Is Hydrocodone a Narcotic? – Yes. Hydrocodone is a primary ingredient in narcotic painkillers indicated to treat moderate to severe pain. It is often administered orally on a short-term basis for pain related to injuries or following surgery. Sometimes it is used long-term to treat severe conditions such as cancer or end-of-life diseases.
Hydrocodone is an opioid and is similar to drugs such as morphine and oxycodone. Opioids are technically classified under the term “narcotic.” The narcotic definition pertains to a substance that can produce narcosis, which is defined as a state of stupor, drowsiness, or unconsciousness produced by drugs.
There are several versions of hydrocodone available in the United States. All except Zohydro also contain acetaminophen, the active ingredient in Tylenol. These version include include the following:
- Vicodin (5mg, 7.5mg, 10mg/300mg acetaminophen)
- Norco (7mg, 10mg/325mg acetaminophen)
- Lortab (5mg, 7.5mg, 10mg/325mg acetaminophen)
- Zohydro (10mg, 15mg, 20mg, 30mg, 40mg, 50mg)
What is Hydrocodone and How is it Used?
Hydrocodone alleviates pain by attaching to opioid receptors in the central nervous system. This action reduces pain signals in the brain and can also produce feelings of pleasure and relaxation.
Those who abuse hydrocodone may crush their pills and then snort or inject the remaining powder, or use it more frequently or in higher amounts than directed. Others obtain the drug illicitly by stealing it from a loved one’s medicine cabinet or buying it illegally on the black market.
People who use hydrocodone over a prolonged period, even as directed, or in excessive doses may start showing symptoms of a hydrocodone addiction.
Effects on the Body
When a person uses hydrocodone, the pain receptors in the brain are obstructed, and dopamine, a chemical responsible for feelings of pleasure and reward, floods the brain.
Common side effects of hydrocodone are:
- Blurred vision
- Nausea and vomiting
Addiction Signs and Symptoms
If you are concerned that someone you love is abusing hydrocodone or has an addiction, there are several signs and symptoms they may exhibit, including the following:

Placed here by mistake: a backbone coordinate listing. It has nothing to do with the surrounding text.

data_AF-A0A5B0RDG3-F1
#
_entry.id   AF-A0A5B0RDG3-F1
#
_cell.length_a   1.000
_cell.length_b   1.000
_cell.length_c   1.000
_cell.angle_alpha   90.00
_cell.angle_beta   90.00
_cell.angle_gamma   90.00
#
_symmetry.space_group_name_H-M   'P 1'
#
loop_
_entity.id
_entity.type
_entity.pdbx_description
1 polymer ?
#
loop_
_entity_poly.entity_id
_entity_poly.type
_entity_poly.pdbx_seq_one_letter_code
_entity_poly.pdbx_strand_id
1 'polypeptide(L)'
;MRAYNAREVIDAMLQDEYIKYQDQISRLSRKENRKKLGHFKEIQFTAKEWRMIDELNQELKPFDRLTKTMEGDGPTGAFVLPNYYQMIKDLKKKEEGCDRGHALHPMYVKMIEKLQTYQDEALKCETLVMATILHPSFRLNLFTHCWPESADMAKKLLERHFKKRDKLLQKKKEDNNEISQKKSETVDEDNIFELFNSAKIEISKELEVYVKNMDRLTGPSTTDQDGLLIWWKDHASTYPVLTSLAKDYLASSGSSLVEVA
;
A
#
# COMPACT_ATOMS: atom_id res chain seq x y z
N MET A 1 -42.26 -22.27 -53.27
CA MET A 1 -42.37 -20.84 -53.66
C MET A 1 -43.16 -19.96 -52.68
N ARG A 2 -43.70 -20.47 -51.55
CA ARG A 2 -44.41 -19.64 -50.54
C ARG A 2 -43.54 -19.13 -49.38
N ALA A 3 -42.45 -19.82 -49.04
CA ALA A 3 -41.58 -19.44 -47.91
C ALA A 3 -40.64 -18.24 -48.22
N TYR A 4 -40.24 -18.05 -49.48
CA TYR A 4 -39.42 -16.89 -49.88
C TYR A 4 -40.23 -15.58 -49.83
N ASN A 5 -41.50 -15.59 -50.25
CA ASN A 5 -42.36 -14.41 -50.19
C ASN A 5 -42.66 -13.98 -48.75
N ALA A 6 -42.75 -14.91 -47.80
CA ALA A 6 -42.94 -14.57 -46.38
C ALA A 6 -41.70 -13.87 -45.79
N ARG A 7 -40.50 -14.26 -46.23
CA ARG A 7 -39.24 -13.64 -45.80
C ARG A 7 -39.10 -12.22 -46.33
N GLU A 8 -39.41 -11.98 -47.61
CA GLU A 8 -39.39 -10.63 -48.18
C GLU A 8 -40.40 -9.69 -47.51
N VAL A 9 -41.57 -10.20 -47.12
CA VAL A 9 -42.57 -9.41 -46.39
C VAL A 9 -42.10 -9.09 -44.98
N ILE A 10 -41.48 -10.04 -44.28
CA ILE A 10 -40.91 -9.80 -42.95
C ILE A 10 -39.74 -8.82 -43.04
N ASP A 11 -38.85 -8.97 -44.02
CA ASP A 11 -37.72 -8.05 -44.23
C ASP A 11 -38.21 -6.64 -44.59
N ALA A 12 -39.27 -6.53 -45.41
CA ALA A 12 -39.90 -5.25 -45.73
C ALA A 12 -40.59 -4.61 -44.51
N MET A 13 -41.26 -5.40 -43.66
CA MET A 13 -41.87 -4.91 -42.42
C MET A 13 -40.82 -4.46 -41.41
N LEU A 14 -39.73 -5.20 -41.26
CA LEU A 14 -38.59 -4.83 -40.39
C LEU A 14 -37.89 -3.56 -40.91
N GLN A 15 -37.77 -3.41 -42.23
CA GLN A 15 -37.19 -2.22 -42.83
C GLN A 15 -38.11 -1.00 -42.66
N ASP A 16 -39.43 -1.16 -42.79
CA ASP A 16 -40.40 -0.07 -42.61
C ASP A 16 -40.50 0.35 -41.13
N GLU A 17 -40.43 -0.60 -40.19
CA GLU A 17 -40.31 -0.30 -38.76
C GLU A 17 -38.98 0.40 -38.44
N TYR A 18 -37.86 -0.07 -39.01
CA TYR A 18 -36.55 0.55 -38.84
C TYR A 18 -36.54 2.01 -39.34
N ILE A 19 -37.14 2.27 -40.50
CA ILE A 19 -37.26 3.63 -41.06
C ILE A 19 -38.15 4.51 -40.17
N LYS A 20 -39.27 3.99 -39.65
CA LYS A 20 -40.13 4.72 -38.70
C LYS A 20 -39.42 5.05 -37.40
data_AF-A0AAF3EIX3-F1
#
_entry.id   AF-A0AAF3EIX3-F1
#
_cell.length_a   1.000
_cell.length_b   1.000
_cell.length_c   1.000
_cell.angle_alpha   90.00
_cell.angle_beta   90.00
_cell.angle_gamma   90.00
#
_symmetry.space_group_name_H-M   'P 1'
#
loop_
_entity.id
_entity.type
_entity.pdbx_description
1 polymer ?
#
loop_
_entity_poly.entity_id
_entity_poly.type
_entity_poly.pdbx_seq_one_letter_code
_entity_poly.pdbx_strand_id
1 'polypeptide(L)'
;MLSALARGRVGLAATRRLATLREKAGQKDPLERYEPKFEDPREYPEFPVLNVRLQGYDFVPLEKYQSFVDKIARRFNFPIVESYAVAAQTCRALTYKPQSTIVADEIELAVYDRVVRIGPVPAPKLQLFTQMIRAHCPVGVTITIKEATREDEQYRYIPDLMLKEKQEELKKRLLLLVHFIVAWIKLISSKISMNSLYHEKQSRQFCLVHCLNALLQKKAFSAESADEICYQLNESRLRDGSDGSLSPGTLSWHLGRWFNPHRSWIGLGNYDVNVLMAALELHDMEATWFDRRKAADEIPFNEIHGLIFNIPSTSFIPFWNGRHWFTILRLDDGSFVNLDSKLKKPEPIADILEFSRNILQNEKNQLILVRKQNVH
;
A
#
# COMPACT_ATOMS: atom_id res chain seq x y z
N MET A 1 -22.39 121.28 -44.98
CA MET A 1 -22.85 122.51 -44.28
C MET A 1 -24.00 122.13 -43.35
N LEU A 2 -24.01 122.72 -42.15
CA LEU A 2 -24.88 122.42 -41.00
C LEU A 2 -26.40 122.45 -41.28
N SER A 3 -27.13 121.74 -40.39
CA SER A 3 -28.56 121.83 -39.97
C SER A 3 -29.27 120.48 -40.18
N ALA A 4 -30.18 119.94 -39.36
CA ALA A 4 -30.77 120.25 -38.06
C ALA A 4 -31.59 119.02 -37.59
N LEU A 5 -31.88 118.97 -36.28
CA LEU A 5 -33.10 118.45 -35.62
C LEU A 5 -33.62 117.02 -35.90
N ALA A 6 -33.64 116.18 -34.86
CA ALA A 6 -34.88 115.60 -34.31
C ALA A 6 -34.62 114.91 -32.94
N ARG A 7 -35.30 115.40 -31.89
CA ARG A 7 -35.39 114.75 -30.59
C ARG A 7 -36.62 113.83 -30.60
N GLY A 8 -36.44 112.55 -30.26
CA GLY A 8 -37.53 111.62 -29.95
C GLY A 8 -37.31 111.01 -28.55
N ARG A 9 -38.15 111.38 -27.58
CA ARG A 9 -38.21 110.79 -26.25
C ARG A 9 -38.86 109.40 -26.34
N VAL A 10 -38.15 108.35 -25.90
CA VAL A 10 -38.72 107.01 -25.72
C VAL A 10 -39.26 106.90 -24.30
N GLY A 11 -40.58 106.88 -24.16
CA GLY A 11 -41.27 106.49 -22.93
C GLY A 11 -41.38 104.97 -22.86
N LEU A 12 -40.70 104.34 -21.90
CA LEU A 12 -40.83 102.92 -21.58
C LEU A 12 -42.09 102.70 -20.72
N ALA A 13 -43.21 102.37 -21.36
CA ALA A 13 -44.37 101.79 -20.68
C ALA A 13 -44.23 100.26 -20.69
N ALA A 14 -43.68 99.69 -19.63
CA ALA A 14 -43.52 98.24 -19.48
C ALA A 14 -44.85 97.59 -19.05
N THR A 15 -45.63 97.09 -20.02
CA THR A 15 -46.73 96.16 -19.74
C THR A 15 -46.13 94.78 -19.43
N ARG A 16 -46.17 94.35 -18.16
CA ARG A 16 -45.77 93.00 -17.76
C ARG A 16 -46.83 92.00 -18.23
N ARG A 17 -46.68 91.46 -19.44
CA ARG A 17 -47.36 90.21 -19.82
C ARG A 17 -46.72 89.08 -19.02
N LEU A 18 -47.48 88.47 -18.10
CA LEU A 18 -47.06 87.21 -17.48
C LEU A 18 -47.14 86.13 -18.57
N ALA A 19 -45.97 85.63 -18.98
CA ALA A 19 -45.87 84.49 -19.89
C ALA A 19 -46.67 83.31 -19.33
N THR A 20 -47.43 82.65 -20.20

Behavioral Signs of Hydrocodone Addiction
- Dramatic mood swings
- Social isolation
- Doctor-shopping – visiting multiple doctors or pharmacies to obtain prescriptions
- Uncharacteristic deception or stealing
- Financial or legal problems
- Worsening performance at work or school
- Strained relationships
Physical Signs of Hydrocodone Addiction
- Noticeable sedation or drowsiness
- Constricted pupils
- Nodding out or losing consciousness
- Apparent euphoria or elation
- Slowed respiration
As with any opioid, there may be uncomfortable and severe withdrawal symptoms when a person discontinues using the medication. A medical detox is recommended to keep patients comfortable throughout this challenging process, and effectively prevents relapse.
Hydrocodone withdrawal symptoms may include the following:
- Watery eyes and runny nose
- Body aches
- Difficulty sleeping
- Abdominal cramping
- Nausea and vomiting
Signs and Symptoms of Hydrocodone Overdose
An overdose of hydrocodone can occur in either of the following situations: someone takes a dose that is too high for their body to process correctly, or they use hydrocodone in combination with other substances, including other prescription or illegal drugs or alcohol. In either case, a number of potentially dangerous effects are produced.
It is critical to identify an overdose as early as possible to get immediate medical help and prevent long-term brain damage or even death.
Symptoms of a hydrocodone overdose include the following:
- Pinpoint pupils
- Low blood pressure
- Dizziness or lightheadedness
- Severely reduced, labored or stopped breathing
- Pale and/or clammy, cold skin
- Bluish color to lips and nails (cyanosis)
- Limpness, especially in extremities
- Unconsciousness or unresponsiveness
If a hydrocodone user exhibits any of the above symptoms, please call 911 right away. Healthcare professionals and emergency technicians are the best equipped to provide the care that is needed to treat and reverse an opioid overdose and prevent permanent damage or death.
Of note, many hydrocodone medications are combination products, containing acetaminophen, which can induce extensive liver damage in high doses, and lead to long-term or permanent functional impairments.
Get Treatment for Addiction
If hydrocodone abuse or addiction is controlling your life, it’s vital that you seek treatment as soon as possible. It may be necessary to undergo a medical detox and to enroll in a long-term inpatient or intensive outpatient treatment program.
Comprehensive treatment programs that include a variety of evidence-based services including psychotherapy, individual and group counseling, and group support are found to be most effective. Our center offers these services and our highly-skilled addiction professionals deliver them to our clients with care and expertise.
We provide clients with the tools they need to succeed at sobriety and sustain long-term physical and emotional health. We are committed to your recovery – contact us today and start receiving the help you deserve!